Why there’s a need for Internal Communications to re-focus on managers.
When it comes to identifying the drivers of employee engagement, numerous studies, organisations and foremost thinkers all recognise there being one single most important variable:
The quality of the relationship between employees and their direct managers or supervisors.
It shouldn’t come as much of a surprise. Managers are of course those who employees seek feedback from – and we know how important effective feedback is for motivation and engagement levels.
Managers are also those that give employees information on changes in an organisation and how they may be affected by them. Again, employees knowing the role they play in an organisation gives them a sense of purpose – another key driver of engagement.
Clearly, management is what connects the leadership of an organisation with the general workforce. Something which has been done through the cascading of information down hierarchies.
Managers have become too dependent on one way communications
The cascading of information in an organisation, has led to managers arguably becoming too focussed on passing information down. Well, simply they’ve become reliant on the one-way digital channels that they have at their disposal and are supplied with.
Manager toolkits, E-newsletters, email announcements. These have all become the tools of choice for managers to use to pass information to employees. Yet they are tools that are not best suited to two-way communication. And it is the two-way channels that employees wish to have in place between them and their managers.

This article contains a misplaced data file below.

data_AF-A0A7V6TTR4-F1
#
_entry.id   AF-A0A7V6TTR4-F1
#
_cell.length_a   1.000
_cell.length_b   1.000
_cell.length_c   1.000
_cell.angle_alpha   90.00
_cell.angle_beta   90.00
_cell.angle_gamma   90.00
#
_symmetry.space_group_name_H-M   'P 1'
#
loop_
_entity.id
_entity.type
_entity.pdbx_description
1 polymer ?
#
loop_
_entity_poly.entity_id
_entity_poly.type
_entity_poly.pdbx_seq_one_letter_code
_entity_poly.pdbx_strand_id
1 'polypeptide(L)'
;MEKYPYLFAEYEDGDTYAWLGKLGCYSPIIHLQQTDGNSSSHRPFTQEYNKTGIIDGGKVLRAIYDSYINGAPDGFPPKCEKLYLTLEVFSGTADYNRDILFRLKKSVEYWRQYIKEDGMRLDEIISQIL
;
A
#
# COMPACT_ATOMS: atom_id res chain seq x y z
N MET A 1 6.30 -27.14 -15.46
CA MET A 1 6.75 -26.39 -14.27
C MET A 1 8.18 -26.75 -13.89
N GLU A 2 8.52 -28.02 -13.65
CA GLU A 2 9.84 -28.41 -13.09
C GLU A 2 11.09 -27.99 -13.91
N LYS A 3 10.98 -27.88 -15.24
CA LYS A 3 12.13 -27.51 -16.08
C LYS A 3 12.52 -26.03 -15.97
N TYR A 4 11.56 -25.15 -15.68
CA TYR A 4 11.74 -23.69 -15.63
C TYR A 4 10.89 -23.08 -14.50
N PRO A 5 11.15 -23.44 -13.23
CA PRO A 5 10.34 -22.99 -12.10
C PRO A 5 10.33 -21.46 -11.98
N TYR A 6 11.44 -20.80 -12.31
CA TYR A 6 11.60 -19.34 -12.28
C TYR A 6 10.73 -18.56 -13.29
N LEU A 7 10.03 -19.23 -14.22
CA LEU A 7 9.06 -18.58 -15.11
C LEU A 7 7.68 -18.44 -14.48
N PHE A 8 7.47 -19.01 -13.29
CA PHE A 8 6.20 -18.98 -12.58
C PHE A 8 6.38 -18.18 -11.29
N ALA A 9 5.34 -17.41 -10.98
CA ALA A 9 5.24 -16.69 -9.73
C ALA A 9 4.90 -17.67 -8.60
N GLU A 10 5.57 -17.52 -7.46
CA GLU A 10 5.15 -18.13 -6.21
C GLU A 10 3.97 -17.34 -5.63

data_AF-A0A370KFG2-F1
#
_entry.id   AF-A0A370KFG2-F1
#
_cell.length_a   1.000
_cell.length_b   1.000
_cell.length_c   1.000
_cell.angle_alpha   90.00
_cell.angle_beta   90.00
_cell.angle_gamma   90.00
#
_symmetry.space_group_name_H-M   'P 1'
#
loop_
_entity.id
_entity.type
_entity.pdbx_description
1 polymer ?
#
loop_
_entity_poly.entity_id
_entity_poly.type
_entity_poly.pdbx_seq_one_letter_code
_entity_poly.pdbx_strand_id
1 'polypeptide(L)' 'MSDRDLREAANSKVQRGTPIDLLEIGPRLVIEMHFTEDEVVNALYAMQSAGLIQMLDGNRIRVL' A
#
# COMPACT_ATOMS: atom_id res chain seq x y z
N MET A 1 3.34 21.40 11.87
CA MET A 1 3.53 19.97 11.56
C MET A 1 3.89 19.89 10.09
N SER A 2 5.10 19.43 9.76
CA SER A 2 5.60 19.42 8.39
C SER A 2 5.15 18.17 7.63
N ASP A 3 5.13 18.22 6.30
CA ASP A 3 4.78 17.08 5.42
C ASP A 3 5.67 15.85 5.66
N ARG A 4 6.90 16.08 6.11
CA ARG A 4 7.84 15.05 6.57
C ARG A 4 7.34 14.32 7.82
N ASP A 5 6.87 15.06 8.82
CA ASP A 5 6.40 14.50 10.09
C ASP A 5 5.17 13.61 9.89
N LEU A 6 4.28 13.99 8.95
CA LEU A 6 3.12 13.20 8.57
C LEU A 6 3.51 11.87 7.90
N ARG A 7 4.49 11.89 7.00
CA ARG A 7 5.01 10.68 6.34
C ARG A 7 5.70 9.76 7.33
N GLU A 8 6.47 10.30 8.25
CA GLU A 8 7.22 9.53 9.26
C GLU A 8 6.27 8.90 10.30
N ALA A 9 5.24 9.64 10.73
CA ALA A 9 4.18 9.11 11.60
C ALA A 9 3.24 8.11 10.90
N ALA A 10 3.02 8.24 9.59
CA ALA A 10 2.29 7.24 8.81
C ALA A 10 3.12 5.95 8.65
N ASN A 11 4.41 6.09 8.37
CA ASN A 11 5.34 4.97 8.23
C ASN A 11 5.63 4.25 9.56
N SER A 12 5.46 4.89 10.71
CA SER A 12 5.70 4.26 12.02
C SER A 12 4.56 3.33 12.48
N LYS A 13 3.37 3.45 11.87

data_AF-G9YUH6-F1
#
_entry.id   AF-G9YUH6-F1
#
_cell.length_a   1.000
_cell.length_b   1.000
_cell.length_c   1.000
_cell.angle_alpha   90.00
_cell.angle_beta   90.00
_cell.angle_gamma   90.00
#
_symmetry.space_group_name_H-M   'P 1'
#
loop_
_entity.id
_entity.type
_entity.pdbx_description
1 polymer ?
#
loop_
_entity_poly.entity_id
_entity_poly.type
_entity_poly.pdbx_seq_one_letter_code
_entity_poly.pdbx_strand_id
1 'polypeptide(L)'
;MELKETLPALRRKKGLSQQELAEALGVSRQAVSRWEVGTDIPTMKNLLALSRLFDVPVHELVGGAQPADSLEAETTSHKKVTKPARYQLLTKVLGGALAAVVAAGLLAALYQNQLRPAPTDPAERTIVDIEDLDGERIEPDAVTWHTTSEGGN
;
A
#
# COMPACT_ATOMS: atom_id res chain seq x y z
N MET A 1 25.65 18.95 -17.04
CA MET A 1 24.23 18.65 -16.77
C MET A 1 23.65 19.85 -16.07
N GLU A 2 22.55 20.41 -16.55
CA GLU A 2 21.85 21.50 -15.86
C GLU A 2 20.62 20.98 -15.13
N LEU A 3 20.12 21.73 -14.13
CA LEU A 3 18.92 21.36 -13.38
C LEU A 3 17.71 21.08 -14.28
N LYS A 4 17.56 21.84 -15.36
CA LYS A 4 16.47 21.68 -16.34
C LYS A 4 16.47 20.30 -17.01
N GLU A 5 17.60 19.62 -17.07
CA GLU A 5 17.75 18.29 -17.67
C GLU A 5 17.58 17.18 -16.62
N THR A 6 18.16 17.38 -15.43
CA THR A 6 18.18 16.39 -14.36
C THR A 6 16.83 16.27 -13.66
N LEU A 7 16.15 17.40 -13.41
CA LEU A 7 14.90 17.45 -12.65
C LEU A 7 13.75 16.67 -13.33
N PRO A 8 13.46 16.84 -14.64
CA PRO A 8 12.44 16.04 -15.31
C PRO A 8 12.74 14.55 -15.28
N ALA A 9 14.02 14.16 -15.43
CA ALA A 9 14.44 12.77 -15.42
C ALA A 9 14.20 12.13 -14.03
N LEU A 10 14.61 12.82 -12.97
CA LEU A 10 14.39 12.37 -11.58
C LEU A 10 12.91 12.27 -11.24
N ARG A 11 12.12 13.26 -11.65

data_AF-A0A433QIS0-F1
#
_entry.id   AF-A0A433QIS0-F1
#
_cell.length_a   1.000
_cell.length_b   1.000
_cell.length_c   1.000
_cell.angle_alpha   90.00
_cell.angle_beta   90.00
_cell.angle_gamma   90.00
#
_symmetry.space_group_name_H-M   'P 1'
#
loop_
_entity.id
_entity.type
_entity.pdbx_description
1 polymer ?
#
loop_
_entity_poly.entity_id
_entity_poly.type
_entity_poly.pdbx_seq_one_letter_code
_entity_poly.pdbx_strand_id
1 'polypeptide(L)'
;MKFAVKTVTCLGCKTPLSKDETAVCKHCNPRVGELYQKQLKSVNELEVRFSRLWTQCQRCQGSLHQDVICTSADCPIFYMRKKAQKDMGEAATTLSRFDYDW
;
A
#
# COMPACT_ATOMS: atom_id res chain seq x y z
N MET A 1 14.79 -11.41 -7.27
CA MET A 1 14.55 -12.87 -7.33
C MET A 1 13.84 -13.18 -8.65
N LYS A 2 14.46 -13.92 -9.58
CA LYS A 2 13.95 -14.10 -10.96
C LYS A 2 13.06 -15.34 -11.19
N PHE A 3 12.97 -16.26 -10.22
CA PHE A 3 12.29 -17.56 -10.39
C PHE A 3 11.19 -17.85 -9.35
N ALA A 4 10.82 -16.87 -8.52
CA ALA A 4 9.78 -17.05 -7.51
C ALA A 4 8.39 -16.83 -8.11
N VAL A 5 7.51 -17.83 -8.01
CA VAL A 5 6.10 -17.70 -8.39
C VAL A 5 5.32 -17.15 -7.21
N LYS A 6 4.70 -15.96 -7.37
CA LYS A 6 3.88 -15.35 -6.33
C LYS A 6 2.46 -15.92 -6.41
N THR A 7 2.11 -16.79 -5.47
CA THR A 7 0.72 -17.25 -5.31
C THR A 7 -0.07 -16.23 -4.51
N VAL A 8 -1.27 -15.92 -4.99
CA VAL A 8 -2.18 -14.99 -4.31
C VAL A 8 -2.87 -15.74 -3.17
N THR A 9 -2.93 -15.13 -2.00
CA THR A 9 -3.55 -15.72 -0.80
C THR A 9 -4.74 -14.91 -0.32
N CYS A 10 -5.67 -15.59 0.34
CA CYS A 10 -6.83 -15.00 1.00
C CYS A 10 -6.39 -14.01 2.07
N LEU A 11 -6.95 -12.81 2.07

Being social is not an optional extra – it’s a critical management skill.
Help is at hand for managers in creating better two-way dialogue, and it comes in the form of social media channels.
Social media in the workplace is now nothing particularly new. Yet adoption and use is still not where it should be. With many of those in leadership and management believing that it is just not for them, and more a tool for the general workforce to use to communicate amongst themselves.
In 2017 leadership and management must recognise that the use of social media is not a nice to have, but a fundamental skill that they must have as managers.
It will fall upon Internal Communication functions to better train and equip managers in their use of social media. Poor adoption of social media at work has been because it was left predominantly in the hands of IT, who simply said ‘it’s on, so you can now come and use it’. Providing very little on the why and how it should be used. That, as said, is where Internal Communicators need to step in.
Could Workplace by Facebook be the answer? Early indications suggest that it could be the social platform that finally achieves widespread adoption. Watch this space.
Types of Internal communications
It can be said that there are four main types of Internal Communication that take place. Which, once revealed, will again demonstrate just how important managers are for internal communications.
Right, the four types are as follows:
1. Management to non-management employees
2. Non-management employees to management
3. Non-management employees to non-management employees
4. Management to management